Parliament rapporteur proposes ‘US system’ for medical devices legislation

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This article is part of our special report Medical devices regulation.

German centre-left MEP Dagmar Roth-Behrendt is proposing a centralised authority to approve medical devices before they are sold on the EU market.

In her draft report on a new medical devices directive, Roth-Behrendt (Socialists and Democrats) said the procedure for getting the devices on the market in the EU has shown substantial weaknesses over the past years and needs a shift.

These weaknesses include a lack of transparency and swift approval and placing on the market despite insufficient investigations on patients and therefore insufficient clinical data. This is putting patients at risk, the rapporteur said.

Therefore, Roth-Behrendt is proposing a system like in the United States, where the Food and Drug Administration (FDA) has a pre-market approval (PMA) process for so-called 'Class III' devices. These are medical devices which represent the highest risk to public health, or "novel technologies".

"For such devices, your rapporteur proposes to introduce a new marketing authorisation procedure, at centralised level for devices of an innovative nature and at decentralised level for the other devices mentioned above," Roth-Behrendt said in the report.

Under the Commission proposal of a revision of the directive, national bodies would be responsible for approvals but would be able to review, scrutinise and comment on assessments performed by others.

Industry fears unnecessary delays

The industry said the draft report is a step backward for patients, healthcare systems and Europe.

"Industry continues to strongly believe that a move towards a centralised, pre-market authorisation procedure is not the right way forward," the European medical technology industry association Eucomed stated.

Eucomed stated that many scientific reports and studies clearly indicate that a centralised pre-market authorisation system for medical devices, similar to the one in the US, will deliver no additional safety benefits for patients. Instead, it will cause unnecessary delays of up to three years in lifesaving medical devices reaching patients.

In a response to the ongoing discussions in Parliament, Eucomed said it has now launched the campaign “Don’t lose the 3”.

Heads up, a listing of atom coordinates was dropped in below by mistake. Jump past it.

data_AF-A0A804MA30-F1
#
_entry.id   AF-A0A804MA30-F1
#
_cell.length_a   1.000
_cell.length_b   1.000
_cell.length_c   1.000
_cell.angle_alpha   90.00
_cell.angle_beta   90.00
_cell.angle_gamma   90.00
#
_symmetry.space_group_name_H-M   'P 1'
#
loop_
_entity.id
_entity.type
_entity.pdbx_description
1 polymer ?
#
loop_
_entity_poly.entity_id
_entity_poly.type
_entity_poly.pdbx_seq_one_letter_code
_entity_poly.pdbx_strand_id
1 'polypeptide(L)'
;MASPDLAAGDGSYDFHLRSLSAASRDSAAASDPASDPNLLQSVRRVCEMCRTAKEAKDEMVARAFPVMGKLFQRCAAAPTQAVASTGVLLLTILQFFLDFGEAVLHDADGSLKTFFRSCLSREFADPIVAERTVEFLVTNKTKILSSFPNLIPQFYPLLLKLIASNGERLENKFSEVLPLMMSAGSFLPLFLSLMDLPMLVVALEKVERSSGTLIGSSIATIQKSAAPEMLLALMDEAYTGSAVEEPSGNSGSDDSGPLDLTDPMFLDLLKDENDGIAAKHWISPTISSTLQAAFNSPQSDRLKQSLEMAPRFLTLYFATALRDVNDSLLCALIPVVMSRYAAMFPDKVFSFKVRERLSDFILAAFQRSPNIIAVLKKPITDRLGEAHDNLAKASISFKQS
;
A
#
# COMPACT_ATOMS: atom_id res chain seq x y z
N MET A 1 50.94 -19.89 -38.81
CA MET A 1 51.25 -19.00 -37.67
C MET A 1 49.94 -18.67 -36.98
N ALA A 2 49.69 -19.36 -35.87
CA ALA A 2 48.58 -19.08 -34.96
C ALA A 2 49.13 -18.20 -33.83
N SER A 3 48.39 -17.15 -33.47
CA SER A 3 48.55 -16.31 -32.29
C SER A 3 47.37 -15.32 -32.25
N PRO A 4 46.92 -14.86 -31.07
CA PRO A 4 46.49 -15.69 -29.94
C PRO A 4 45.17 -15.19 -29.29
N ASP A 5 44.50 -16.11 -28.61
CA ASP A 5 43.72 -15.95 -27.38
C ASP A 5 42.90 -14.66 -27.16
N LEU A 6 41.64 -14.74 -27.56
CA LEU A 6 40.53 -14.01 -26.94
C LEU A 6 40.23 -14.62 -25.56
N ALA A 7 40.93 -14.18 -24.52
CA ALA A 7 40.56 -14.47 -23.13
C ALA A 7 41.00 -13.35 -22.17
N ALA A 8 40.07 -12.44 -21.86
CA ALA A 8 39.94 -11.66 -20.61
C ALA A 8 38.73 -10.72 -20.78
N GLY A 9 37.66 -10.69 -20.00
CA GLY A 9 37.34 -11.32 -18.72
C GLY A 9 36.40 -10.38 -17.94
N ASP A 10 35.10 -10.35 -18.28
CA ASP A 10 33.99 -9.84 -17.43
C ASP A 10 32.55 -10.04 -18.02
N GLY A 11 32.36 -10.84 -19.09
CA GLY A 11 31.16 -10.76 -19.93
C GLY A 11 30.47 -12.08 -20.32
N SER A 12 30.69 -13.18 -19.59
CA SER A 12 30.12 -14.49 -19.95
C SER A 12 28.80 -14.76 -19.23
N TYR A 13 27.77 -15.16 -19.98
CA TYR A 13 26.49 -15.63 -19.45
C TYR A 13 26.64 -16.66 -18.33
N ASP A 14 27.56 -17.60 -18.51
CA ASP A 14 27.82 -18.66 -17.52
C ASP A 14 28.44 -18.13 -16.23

The campaign "showcases the advantage that patients in Europe currently enjoy" and explains what changes the industry believes need to be made to the current European system in order to ensure timely access to lifesaving medical devices.

Roth-Behrendt will now enter discussions with MEPs in the Environment, Public Health and Food Safety (ENVI) committee.

Members of the committee will debate the report, table amendments and vote on the final version, after which it will be voted on in a plenary session of the Parliament.

German MEP from the Socialists and Democrats (S&D) and rapporteur on the medical devices directive Dagmar Roth-Behrendt commented on EURACTIV's story, saying that the comparison with the US system is misleading:

"The US system of approval also faces some problems and I have not used it as an example for the changes I propose. The system which I have proposed - for the authorisation of the highest potential risk class of medical devices - is based on the fact that, in the recent past, too many unsafe medical devices, such as hip prosthesis or breast implants for instance, have been inserted into the body of thousands of patients. Those devices had received an approval to be placed on the EU market."

"We know that many of these high-risk devices are not properly tested before reaching patients and health professionals, and clinical data are often too weak since the number of patients involved in the trials is regularly too limited to be representative. This is why I believe that the current EU system of approval for devices with the highest potential risk needs a complete and overall change," Roth-Behrendt added.

The term 'medical device' covers a wide range of products both used internally and externally by patients and doctors.

They can include sticking plasters, contact lenses, pregnancy tests, dental filling materials, X-ray machines, pacemakers, breast implants, hip replacements and HIV blood tests.

These are intended for use in the diagnosis of disease or other conditions, or in the cure, mitigation, treatment and prevention of disease.

They are a ranked from Class I, a low-risk category that would include spectacles, to high-risk Class III items such as hip replacements and pacemakers.

  • Spring 2013: Members of the Parliament's environment committee to debate the rapporteur's draft report.

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